Posted 19 Sep 2019, 5:07 p.m.
At this year’s Social Outcomes Conference, we welcomed over 220 delegates from across the world to the Blavatnik School of Government in Oxford. Our delegation included leading academics from the Harvard Kennedy School and Sorbonne University in Paris, senior officials from the European Commission, the Ministry of Economy in Chile, and the White House Office for Management and Budget in the US. We also hosted social innovators from Portugal, development finance experts from Japan, and frontline practitioners from the UK. The conference offered a unique space to draw together a multitude of perspectives, experience and expertise.
Our ambition was to engage in critical debate around emerging academic evidence, and explore practical steps to make a difference on the ground. Spaces for academics and practitioners to come together, listen and debate remain rare - perhaps because it is so challenging to create them - but as the conference showed, the rewards can be considerable. The conference was opened by Professor Stefan Dercon, who drew on his previous experience as Chief Economist at the UK's Department for International Development to explore some of the contradictions inherent in scientific approaches to public service delivery (watch his keynote address). Then we moved onto plenary sessions with world experts, and got stuck into the detail with intimate parallel sessions and roundtables. Here’s a snapshot of what went on.
Impact bonds - growing and changing
Much of the conference focused on impact bonds. The first was launched in Peterborough in 2010 in the UK to reduce reoffending rates in young men. By simply looking around at everyone as they entered the lecture theatre, it was clear that impact bonds have grown significantly since then. At present, there are 164 impact bonds around the world supporting 513,041 services user, with $441.6m capital raised. You can view more detail on our projects database and interactive map. We heard from those developing impact bonds in Hong Kong, Canada, Chile, Colombia and more. Practitioners shared with us the similar experiences of working in new partnerships, and the tension of balancing reputational risk and the desire to innovate. They also shared the many unique aspects their impact bonds - often a reflection of the context they were developed in.
In the first plenary session, James Ronicle presented the results of his evaluation of development impact bonds (DIBs) (read the evaluation report or a summary blog). This explored four DIBs and produced in depth case studies on each. The evaluators were surprised by the great variation in terms of outcomes payments, size, types of stakeholders and more, but they found relatively consistent ‘DIB effects’. Based on this, they concluded that impact bonds could be considered a loose set of principles rather than one set model. This idea was echoed throughout the conference - in the closing plenary session, Abha Thorat-Shah reflected that impact bonds were like a recipe that her mother-in-law was always trying to perfect. Some saw impact bonds as a catalyst or a trigger that can kick a system into doing something differently.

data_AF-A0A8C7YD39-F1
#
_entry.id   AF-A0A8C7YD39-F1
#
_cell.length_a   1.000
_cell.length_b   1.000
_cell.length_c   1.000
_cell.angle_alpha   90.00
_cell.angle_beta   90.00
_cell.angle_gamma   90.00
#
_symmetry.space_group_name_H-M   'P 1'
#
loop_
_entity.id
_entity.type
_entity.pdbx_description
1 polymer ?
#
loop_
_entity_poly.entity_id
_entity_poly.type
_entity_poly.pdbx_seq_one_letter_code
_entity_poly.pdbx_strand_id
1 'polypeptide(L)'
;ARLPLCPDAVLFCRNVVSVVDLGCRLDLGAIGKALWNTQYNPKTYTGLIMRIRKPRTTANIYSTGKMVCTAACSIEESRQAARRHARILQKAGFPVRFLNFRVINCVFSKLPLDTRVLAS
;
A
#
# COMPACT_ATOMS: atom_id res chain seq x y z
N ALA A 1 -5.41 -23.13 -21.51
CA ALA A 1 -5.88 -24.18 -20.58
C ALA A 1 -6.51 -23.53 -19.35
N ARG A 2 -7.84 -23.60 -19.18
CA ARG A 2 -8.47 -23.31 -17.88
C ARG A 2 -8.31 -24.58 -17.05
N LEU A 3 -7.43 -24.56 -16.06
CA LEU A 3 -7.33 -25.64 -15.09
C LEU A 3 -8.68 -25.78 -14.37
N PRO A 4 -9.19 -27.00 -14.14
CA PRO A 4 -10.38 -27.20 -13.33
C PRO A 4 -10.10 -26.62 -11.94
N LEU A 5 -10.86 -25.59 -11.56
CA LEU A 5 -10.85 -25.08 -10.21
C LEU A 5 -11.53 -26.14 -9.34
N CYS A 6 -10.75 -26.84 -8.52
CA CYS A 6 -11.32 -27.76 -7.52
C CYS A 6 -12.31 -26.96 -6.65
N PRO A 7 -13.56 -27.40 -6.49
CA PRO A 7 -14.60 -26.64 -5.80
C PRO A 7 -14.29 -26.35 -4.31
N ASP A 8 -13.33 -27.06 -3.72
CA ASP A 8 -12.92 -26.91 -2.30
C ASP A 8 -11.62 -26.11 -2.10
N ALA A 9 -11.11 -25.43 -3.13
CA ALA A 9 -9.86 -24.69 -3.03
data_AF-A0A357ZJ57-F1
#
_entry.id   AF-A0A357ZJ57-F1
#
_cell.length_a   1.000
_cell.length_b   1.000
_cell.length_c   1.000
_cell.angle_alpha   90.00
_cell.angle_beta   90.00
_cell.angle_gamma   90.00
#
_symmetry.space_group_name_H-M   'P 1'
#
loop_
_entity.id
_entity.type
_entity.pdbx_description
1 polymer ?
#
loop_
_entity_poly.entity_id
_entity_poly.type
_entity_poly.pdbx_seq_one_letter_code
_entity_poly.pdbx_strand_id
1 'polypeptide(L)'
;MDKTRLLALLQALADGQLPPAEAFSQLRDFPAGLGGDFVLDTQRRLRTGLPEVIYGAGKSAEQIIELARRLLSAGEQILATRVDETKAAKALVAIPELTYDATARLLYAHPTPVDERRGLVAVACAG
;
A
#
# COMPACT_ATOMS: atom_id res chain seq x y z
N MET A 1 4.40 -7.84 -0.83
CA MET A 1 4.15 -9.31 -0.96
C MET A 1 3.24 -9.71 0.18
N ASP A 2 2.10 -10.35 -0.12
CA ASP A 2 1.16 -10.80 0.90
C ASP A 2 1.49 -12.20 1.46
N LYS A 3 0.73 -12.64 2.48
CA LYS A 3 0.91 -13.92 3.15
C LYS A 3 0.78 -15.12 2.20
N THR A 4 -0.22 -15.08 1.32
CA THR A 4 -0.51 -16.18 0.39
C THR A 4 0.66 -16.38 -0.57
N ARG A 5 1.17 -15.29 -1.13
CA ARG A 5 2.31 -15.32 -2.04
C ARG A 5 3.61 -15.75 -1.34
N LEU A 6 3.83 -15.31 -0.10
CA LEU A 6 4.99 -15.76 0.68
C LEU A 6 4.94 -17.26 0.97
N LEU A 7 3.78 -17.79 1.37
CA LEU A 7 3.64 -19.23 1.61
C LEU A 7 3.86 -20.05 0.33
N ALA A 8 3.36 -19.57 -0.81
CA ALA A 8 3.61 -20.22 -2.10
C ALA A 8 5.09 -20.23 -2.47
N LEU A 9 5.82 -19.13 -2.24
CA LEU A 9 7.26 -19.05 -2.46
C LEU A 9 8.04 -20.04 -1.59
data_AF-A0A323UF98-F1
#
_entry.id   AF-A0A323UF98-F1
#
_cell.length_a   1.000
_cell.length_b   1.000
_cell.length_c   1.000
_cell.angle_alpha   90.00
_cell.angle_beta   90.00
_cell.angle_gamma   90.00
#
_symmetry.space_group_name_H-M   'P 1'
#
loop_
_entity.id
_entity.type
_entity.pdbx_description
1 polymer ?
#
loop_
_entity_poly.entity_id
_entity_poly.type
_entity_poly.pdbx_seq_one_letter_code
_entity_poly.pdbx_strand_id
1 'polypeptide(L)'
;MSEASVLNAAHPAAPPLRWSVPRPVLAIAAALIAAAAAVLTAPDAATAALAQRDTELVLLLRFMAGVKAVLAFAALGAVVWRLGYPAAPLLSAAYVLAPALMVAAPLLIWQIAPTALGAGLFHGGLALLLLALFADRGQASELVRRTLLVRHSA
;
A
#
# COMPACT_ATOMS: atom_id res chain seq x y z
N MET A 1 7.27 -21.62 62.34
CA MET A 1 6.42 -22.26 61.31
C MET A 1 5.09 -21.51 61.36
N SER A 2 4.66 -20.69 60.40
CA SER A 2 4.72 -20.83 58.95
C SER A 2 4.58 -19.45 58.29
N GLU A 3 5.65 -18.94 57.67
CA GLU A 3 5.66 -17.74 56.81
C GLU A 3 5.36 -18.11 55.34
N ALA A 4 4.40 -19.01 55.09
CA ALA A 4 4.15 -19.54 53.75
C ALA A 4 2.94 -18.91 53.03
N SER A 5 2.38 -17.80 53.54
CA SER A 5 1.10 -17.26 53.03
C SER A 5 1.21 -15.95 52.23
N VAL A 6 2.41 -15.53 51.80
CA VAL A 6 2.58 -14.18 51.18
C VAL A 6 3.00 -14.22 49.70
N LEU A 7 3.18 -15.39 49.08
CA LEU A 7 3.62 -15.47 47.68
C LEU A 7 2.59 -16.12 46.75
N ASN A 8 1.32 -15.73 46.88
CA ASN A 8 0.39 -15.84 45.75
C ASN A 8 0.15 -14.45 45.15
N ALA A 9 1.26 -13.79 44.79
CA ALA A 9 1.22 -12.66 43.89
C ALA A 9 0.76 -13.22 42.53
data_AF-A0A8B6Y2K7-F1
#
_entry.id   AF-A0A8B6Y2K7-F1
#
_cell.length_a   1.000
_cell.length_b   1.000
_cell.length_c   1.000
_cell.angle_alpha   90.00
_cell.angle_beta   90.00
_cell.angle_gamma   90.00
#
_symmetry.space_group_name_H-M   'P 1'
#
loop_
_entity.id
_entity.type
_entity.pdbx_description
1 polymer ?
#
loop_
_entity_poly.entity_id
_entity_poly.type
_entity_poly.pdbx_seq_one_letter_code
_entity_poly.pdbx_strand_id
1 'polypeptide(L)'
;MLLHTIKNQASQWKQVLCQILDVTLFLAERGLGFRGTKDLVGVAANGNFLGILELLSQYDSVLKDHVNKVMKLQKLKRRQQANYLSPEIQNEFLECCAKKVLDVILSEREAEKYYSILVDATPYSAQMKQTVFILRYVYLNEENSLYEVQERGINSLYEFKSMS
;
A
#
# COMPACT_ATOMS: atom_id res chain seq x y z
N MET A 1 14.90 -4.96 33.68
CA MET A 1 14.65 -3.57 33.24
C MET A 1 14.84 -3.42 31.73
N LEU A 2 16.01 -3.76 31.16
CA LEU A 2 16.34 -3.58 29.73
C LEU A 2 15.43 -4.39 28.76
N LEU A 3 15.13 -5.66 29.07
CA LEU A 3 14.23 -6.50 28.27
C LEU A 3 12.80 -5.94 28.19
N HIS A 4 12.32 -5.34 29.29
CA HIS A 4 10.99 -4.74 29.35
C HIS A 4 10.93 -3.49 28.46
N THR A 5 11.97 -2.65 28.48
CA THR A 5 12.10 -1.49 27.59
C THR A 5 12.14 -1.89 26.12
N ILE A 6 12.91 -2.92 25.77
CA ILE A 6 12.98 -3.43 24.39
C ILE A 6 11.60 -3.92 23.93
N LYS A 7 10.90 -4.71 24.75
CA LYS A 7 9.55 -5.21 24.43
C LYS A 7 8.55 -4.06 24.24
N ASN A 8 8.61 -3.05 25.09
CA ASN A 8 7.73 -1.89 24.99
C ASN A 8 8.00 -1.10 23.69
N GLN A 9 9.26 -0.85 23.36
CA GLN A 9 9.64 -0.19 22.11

Catalysing change in the public sector
In his keynote address, Stefan Dercon hypothesised that the reason that impact bonds and outcome based contracting remain attractive in government is because they are perceived to reduce reputational, rather than financial risk - but he surmised that they are unlikely to become mainstream. He also said that we need to make more of quality monitoring and feedback loops in order to improve service delivery - a theme that came up repeatedly throughout the conference.
Looking more broadly than impact bonds, in one of our plenary sessions, Clare FitzGerald shared the findings of the latest GO Lab report - Are we rallying together? Collaboration and public sector reform. This looks at ten collaborative projects across the UK, why they emerged, what they look like and how collaborative working is ingrained. A crucial part of this was to understand how success was demonstrated and accountability was ensured. One example from this report was alliance contracting in Plymouth, and GO Lab Fellow of Practice Gary Wallace explained how a successful pooling of budgets helped different local agencies to work together. This opened up the floor for broader discussions around cross sector collaboration and public sector reform.
Practical tools to improve social outcomes
A great benefit of convening experts from a range of sectors is that it can create a space to share knowledge and skills. One parallel session was dedicated to how we can best measure social impact. Building on his blog, Mehdi Shiva said that there is no ‘one size fits all’ approach to measuring social impact. We can’t always use standardised measures for complex and multifaceted social issues, and should opt for a blend of metrics instead. For example, measuring students’ grades, attendance, and behaviour could help represent ‘quality of education’ rather than one standard metric.
When measuring social outcomes we also have to ensure that they are a reflection of the needs of the service users. Adam Kybird argued that user voice is a key driver in how outcomes are set well. For example, some people have tested the design with beneficiaries to see if the correct outcomes are being measured. Whilst many stories were offered, there was consensus that more needs to be done to put beneficiaries front and centre of service design.
What was your greatest takeaway?
At this year’s Social Outcomes Conference we were thrilled to engage in informed discussion and debate with individuals from a range of perspectives, backgrounds and countries. We’d love to hear what your main takeaways were and what you might be doing differently. Join the discussion on twitter or get in touch on email@example.com